Check Up 13

Welcome to Check Up 13, in partnering with St. Vincent

WTHR, Channel 13, and Anne Marie Tiernon, co-anchor and health reporter, have partnered with Ascension St. Vincent, the nation's largest Catholic and not-for-profit health system, on an initiative called Check Up 13. The goal of the program is to educate and encourage Indiana residents to take a proactive role in their own health. Check Up 13 includes news stories that will air on the 13th of every month during the Health Beat segment. The program will highlight Ascension St. Vincent medical staff and focus on the health topic screening, event or promotion for that month.

Free Prostate Cancer Screenings

Prostate cancer is one of the most common forms of cancer in America – and also one of the most treatable.

One in six American men is diagnosed with prostate cancer and nearly 2 million Americans are living with this deadly disease.

And as men increase in age, their risk of developing prostate cancer increases exponentially, according to the Prostate Cancer Foundation.

  • Approximately 1 in 10,000 men are diagnosed with prostate cancer before they turn 40.
  • But, for men ages 40 to 59, the prostate cancer rate jumps to 1 in 38.
  • And for men ages 60 to 69, the prostate cancer rate skyrockets to 1 in every 14 men.

Nearly 60 percent of all prostate cancers are diagnosed in men over the age of 65. Approximately 97 percent of all prostate cancers occur in men 50 years of age and older.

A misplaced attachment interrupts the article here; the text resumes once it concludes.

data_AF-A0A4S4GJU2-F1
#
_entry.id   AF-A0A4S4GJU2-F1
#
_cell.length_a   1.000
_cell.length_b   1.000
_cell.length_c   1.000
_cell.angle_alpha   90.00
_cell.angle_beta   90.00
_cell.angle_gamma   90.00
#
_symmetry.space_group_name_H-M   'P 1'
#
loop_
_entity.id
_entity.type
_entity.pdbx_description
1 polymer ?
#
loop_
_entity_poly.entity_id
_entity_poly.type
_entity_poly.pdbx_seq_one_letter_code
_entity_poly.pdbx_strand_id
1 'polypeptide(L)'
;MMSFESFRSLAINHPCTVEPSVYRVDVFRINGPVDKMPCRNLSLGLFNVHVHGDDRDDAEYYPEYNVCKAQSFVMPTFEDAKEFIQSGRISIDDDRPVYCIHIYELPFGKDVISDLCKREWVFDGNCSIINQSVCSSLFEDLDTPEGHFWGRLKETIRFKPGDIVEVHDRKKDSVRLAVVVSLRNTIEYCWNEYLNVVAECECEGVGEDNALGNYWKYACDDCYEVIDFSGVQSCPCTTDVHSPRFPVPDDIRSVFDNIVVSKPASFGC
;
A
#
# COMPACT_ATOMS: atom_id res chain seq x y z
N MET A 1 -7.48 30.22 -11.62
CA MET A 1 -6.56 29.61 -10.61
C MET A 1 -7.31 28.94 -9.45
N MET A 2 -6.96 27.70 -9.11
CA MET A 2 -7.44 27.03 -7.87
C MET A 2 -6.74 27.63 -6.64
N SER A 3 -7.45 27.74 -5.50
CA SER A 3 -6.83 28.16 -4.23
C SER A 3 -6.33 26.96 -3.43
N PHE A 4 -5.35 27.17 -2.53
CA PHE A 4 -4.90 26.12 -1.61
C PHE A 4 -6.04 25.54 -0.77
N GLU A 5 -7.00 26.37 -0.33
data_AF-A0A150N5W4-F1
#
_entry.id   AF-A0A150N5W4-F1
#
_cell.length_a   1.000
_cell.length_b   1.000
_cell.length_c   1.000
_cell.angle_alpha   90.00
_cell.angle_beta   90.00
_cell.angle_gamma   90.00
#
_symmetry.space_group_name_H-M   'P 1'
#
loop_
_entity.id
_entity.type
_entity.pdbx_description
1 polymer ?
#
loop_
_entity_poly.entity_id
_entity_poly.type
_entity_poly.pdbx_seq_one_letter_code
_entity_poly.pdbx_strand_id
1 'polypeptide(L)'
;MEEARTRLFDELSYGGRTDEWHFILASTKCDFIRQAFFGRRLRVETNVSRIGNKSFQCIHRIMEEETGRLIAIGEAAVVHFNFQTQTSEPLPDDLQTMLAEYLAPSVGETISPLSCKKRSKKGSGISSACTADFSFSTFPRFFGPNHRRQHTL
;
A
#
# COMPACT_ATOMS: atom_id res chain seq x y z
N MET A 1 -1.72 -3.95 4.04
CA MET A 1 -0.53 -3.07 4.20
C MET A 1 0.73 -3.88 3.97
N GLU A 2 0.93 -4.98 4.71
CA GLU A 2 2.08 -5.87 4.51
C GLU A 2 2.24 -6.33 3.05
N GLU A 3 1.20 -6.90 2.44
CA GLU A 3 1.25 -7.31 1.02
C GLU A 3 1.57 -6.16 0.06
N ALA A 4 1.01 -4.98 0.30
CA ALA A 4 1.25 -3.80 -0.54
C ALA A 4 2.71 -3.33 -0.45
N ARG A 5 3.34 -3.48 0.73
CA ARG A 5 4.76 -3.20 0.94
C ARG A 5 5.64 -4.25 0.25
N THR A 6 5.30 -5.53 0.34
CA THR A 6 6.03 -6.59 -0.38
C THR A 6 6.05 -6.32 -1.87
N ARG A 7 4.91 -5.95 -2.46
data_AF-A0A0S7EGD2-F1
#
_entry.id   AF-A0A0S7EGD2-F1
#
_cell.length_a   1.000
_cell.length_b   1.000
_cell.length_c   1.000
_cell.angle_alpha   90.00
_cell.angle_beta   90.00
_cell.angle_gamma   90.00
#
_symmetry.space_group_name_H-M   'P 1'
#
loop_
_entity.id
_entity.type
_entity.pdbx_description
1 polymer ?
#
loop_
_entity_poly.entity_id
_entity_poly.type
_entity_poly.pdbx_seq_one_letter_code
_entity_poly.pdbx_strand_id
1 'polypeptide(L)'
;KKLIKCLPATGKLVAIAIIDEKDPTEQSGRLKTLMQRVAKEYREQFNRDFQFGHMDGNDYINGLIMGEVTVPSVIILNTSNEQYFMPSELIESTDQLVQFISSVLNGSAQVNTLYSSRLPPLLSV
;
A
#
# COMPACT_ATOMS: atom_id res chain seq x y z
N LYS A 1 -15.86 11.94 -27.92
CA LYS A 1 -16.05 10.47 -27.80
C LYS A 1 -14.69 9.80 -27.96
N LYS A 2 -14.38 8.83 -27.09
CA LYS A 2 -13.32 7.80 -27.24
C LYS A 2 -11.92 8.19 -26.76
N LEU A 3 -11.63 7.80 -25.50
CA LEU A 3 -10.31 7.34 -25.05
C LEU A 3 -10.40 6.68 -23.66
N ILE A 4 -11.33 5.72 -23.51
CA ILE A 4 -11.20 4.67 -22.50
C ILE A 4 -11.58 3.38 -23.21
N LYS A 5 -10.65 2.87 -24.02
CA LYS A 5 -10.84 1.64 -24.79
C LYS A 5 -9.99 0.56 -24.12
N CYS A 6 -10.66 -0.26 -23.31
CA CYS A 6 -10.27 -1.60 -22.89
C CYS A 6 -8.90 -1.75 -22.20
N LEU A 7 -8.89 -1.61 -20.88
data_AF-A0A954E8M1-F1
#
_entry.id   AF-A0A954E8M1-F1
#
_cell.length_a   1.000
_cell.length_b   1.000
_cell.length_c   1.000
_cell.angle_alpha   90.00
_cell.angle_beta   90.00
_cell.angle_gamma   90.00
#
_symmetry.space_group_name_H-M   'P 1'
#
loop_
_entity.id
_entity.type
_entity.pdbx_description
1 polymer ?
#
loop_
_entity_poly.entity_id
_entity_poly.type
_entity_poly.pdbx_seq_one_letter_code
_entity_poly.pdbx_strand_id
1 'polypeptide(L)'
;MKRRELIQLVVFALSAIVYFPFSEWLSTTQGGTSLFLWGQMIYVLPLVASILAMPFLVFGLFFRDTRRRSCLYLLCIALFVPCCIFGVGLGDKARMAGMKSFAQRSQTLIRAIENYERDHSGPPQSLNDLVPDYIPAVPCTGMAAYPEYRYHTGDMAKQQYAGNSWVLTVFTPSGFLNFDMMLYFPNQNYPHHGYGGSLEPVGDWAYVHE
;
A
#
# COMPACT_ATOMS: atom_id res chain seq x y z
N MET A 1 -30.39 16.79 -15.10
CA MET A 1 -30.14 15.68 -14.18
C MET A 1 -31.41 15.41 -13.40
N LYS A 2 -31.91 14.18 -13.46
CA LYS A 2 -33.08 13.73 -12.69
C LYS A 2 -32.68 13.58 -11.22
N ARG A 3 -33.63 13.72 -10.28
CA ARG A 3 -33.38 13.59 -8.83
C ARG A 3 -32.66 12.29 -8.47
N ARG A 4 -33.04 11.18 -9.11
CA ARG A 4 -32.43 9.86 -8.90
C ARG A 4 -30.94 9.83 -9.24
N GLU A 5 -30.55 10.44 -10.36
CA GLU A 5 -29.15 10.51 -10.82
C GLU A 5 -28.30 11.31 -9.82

African-American men are 56 percent more likely to develop prostate cancer compared with Caucasian men and nearly 2.5 times as likely to die from the disease.

Men with a single first-degree relative—father, brother or son—with a history of prostate cancer are twice as likely to develop the disease, while those with two or more relatives are nearly four times as likely to be diagnosed. The risk is highest in men whose family members were diagnosed before age 65.

There are about 250,000 new cases diagnosed each year, and a non-smoking man is more likely to develop prostate cancer than colon cancer, bladder cancer, melanoma, lymphoma, and kidney cancer combined.

According to the Prostate Cancer Foundation, men are 35 percent more likely to be diagnosed with prostate cancer than women are to be diagnosed with breast cancer.

Prostate cancer is serious, but it is also very treatable if detected early. It is generally a slow-growing cancer and nearly 100 percent of men whose prostate cancer is detected before it spreads to other parts of the body are disease-free after five years.